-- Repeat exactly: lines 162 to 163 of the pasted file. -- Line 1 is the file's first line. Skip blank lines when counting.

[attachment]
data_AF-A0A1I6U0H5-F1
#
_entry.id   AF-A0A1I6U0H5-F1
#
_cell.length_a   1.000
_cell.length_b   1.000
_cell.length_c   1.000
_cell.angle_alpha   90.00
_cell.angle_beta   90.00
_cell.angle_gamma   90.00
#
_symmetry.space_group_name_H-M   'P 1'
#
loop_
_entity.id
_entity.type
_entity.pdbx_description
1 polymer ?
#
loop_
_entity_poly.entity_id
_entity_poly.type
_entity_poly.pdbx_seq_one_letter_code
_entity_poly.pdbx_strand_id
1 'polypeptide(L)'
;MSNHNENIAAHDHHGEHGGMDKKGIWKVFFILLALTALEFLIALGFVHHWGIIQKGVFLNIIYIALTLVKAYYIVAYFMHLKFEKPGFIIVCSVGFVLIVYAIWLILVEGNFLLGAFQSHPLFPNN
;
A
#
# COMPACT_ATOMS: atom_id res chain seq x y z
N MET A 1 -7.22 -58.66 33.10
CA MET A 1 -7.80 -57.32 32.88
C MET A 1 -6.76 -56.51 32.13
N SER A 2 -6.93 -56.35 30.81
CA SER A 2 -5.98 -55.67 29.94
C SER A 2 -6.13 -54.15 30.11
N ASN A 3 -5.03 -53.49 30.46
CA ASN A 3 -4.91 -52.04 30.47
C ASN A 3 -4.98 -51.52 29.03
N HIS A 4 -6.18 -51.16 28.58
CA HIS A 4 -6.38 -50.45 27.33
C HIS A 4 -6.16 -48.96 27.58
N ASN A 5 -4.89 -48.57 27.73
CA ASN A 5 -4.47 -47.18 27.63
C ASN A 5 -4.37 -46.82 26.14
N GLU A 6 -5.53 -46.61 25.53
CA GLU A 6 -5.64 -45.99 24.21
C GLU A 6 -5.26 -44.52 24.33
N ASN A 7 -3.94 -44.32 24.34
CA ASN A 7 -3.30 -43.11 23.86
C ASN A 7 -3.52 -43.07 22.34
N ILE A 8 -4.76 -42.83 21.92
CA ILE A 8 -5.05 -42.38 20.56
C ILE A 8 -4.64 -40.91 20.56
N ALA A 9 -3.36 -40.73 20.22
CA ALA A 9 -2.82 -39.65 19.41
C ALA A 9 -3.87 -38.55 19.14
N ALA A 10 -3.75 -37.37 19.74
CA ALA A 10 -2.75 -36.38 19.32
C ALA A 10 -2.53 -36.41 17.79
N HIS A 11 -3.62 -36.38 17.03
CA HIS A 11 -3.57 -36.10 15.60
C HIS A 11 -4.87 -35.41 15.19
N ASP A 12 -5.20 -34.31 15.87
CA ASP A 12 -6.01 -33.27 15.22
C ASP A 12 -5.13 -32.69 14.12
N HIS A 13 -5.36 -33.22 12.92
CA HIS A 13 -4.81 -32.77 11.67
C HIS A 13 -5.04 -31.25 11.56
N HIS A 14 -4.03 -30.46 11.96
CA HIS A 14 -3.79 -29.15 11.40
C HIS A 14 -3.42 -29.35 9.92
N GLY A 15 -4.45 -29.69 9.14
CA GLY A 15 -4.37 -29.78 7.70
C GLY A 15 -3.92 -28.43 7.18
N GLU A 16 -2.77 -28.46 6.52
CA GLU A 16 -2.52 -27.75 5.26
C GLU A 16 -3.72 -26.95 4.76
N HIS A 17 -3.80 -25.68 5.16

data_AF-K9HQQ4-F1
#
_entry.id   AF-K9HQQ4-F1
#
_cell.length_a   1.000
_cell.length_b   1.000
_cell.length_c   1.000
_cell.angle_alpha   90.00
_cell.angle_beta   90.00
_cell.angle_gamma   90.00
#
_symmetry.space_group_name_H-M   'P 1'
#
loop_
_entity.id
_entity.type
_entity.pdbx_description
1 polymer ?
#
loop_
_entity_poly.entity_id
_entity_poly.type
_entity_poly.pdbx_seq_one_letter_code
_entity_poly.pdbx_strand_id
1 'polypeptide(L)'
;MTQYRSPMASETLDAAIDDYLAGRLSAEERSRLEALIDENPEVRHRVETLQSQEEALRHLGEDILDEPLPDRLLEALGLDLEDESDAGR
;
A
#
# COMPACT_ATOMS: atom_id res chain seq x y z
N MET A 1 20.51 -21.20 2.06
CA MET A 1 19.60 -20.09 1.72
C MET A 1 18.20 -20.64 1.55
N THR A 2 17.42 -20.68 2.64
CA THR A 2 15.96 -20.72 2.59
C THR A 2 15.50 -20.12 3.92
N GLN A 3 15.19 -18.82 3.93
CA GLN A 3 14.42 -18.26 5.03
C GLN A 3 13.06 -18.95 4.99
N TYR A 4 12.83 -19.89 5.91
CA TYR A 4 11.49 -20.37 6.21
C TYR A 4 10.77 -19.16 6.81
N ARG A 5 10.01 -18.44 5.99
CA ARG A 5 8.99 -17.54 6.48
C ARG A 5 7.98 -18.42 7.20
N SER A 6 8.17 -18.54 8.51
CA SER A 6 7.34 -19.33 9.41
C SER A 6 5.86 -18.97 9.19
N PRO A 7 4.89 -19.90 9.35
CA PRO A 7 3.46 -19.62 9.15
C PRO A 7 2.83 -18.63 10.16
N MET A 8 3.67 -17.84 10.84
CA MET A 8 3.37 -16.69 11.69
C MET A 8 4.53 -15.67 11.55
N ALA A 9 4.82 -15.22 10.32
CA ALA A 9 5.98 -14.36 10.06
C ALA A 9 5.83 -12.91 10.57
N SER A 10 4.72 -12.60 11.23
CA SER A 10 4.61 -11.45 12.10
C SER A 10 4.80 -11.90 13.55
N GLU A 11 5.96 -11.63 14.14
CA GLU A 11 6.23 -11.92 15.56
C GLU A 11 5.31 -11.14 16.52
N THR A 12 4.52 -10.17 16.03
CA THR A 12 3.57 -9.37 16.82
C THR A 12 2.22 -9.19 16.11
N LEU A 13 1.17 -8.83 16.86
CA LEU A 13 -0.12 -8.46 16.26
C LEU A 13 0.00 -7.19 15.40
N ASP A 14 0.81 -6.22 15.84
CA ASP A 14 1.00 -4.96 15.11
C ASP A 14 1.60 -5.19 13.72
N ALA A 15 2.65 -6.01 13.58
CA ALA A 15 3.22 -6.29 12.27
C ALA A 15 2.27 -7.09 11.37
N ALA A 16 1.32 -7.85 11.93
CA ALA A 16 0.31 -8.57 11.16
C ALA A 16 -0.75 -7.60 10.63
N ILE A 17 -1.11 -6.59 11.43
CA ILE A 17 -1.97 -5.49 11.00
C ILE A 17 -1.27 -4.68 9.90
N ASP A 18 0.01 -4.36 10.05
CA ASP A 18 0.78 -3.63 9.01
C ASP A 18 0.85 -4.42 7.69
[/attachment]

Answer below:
CA ASP A 18 0.78 -3.63 9.01
C ASP A 18 0.85 -4.42 7.69